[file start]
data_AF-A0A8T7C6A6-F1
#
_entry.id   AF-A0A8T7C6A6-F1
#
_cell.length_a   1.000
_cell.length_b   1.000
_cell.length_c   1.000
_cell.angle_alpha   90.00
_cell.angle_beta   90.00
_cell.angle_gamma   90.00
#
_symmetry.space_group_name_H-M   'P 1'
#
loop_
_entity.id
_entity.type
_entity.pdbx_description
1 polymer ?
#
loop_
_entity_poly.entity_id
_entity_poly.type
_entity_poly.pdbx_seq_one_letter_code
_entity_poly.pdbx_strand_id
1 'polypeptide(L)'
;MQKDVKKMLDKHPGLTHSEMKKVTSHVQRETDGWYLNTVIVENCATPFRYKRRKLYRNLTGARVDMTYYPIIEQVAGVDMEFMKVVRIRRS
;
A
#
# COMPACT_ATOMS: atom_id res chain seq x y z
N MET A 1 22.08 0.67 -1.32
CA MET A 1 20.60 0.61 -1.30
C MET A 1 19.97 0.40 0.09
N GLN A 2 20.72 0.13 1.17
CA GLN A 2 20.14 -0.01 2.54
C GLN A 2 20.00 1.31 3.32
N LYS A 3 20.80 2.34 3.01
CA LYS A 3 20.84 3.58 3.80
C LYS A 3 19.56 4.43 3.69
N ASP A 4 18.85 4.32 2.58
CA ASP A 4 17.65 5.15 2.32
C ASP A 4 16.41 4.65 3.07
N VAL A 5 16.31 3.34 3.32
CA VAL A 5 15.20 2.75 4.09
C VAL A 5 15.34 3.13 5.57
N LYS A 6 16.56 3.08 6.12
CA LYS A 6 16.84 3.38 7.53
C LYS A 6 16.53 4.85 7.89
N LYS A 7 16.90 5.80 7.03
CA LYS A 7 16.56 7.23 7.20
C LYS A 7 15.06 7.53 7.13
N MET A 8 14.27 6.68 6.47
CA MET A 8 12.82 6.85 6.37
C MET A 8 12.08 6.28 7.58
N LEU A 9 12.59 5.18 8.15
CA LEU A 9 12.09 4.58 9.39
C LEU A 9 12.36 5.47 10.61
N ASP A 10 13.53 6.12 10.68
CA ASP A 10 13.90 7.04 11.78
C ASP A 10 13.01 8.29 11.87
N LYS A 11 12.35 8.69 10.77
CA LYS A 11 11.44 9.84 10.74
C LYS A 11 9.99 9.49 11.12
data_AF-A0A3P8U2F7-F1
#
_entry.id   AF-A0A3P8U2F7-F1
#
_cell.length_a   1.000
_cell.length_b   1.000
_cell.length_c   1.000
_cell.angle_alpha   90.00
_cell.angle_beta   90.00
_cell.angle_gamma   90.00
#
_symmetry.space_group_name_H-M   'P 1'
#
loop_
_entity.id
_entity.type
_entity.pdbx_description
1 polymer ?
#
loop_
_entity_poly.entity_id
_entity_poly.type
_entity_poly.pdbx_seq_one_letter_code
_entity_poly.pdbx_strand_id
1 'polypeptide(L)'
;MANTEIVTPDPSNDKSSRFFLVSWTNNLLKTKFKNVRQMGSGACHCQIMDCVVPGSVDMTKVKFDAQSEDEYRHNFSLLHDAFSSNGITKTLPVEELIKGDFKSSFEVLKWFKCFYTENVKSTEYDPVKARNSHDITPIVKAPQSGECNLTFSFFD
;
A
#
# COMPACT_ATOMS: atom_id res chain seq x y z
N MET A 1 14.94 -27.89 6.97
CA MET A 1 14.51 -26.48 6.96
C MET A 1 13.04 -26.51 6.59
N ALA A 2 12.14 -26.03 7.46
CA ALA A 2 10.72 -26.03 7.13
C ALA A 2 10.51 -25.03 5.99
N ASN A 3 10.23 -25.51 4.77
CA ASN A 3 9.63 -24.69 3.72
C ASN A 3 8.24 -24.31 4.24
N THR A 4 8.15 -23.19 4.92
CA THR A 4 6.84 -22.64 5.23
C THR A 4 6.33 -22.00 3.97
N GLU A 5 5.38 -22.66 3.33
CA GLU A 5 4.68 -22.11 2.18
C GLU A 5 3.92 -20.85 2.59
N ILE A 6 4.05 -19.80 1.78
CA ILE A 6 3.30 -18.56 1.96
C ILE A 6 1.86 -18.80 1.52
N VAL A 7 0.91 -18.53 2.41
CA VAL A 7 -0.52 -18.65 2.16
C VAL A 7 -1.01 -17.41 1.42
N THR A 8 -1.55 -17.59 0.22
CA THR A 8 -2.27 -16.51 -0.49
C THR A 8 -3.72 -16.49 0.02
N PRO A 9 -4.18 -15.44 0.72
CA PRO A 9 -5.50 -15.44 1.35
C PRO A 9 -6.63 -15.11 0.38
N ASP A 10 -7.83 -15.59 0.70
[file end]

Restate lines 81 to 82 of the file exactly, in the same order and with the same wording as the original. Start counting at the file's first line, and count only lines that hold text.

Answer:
1 polymer ?
#